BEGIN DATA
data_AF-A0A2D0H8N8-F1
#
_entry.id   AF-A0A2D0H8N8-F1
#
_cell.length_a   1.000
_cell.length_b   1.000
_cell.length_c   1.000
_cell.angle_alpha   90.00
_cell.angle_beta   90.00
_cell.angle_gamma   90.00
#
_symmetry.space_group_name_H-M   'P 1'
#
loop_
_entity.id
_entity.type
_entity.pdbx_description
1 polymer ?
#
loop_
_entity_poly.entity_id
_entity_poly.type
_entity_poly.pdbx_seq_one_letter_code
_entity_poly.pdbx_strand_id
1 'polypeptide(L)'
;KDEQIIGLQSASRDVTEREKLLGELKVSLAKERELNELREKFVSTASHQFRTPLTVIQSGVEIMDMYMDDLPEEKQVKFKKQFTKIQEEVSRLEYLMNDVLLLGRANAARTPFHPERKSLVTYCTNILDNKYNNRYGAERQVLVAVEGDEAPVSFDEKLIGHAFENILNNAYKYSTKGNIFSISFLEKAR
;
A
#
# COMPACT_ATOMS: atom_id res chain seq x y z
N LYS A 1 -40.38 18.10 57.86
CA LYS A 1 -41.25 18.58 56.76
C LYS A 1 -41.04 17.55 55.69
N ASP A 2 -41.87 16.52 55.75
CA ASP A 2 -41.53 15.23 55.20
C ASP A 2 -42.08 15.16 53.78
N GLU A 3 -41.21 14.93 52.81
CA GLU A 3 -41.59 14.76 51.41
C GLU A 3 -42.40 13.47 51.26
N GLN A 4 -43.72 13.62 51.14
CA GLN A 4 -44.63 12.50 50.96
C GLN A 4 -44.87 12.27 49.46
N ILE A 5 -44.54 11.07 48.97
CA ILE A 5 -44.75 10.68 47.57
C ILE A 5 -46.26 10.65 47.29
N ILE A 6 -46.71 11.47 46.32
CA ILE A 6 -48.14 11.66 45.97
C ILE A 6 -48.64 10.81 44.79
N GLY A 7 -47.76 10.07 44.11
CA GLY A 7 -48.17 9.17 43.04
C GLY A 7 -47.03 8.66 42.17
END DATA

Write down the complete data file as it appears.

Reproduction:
data_AF-A0A2D0H8N8-F1
#
_entry.id   AF-A0A2D0H8N8-F1
#
_cell.length_a   1.000
_cell.length_b   1.000
_cell.length_c   1.000
_cell.angle_alpha   90.00
_cell.angle_beta   90.00
_cell.angle_gamma   90.00
#
_symmetry.space_group_name_H-M   'P 1'
#
loop_
_entity.id
_entity.type
_entity.pdbx_description
1 polymer ?
#
loop_
_entity_poly.entity_id
_entity_poly.type
_entity_poly.pdbx_seq_one_letter_code
_entity_poly.pdbx_strand_id
1 'polypeptide(L)'
;KDEQIIGLQSASRDVTEREKLLGELKVSLAKERELNELREKFVSTASHQFRTPLTVIQSGVEIMDMYMDDLPEEKQVKFKKQFTKIQEEVSRLEYLMNDVLLLGRANAARTPFHPERKSLVTYCTNILDNKYNNRYGAERQVLVAVEGDEAPVSFDEKLIGHAFENILNNAYKYSTKGNIFSISFLEKAR
;
A
#
# COMPACT_ATOMS: atom_id res chain seq x y z
N LYS A 1 -40.38 18.10 57.86
CA LYS A 1 -41.25 18.58 56.76
C LYS A 1 -41.04 17.55 55.69
N ASP A 2 -41.87 16.52 55.75
CA ASP A 2 -41.53 15.23 55.20
C ASP A 2 -42.08 15.16 53.78
N GLU A 3 -41.21 14.93 52.81
CA GLU A 3 -41.59 14.76 51.41
C GLU A 3 -42.40 13.47 51.26
N GLN A 4 -43.72 13.62 51.14
CA GLN A 4 -44.63 12.50 50.96
C GLN A 4 -44.87 12.27 49.46
N ILE A 5 -44.54 11.07 48.97
CA ILE A 5 -44.75 10.68 47.57
C ILE A 5 -46.26 10.65 47.29
N ILE A 6 -46.71 11.47 46.32
CA ILE A 6 -48.14 11.66 45.97
C ILE A 6 -48.64 10.81 44.79
N GLY A 7 -47.76 10.07 44.11
CA GLY A 7 -48.17 9.17 43.04
C GLY A 7 -47.03 8.66 42.17